If Our Neurons Were Better, We Might Not Bother With Love
Neuroscientist David Linden says the human need for love is actually the indirect result of our inefficient neurons.
According to neuroscientist David Linden, the neurons in our brains are inefficient. Like really inefficient. These ancient cells he disses as "jellyfish-like or coral-like" are “unreliable, they leak signals to their neighbors and they're slow.” They’re so lousy at what they do that we need lots and lots of them to be at all intelligent, hence our need for big brains. And because it takes about 20 years for a newborn’s 400 cc brain to grow into an 1,200 cc brain, we need mothering for longer than other animals. And because being a single mom in nature is a tough gig, we need…
On the other hand, think of the money he saves on valentines.
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Upstreamism advocate Rishi Manchanda calls us to understand health not as a "personal responsibility" but a "common good."
- Upstreamism tasks health care professionals to combat unhealthy social and cultural influences that exist outside — or upstream — of medical facilities.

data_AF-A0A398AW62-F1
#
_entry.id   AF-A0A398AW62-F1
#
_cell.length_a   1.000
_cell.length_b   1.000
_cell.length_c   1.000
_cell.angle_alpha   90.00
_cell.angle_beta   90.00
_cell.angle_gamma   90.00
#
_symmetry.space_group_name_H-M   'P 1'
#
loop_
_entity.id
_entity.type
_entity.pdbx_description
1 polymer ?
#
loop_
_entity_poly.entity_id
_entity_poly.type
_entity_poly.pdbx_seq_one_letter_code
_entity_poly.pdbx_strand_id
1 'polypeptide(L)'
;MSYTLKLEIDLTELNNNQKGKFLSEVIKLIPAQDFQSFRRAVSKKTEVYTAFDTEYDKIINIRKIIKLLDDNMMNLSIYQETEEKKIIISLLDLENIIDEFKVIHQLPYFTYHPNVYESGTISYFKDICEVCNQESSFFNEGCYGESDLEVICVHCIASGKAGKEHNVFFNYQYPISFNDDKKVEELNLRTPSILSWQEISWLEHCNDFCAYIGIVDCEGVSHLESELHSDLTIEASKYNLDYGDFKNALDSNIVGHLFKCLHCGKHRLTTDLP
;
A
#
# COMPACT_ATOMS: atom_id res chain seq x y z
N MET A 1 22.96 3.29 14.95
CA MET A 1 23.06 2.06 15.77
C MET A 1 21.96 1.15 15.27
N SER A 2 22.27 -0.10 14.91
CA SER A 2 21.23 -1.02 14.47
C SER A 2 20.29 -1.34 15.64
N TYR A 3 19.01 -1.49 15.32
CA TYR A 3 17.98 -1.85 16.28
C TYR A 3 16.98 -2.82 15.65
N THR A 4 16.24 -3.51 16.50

- Patients from low-income neighborhoods are most at risk of negative health impacts.
- Thankfully, health care professionals are not alone. Upstreamism is increasingly part of our cultural consciousness.
It marks a major shift in the government's battle against the opioid crisis.
- The nation's sixth-largest drug distributor is facing criminal charges related to failing to report suspicious drug orders, among other things.
- It marks the first time a drug company has faced criminal charges for distributing opioids.
- Since 1997, nearly 222,000 Americans have died from prescription opioids, partly thanks to unethical doctors who abuse the system.
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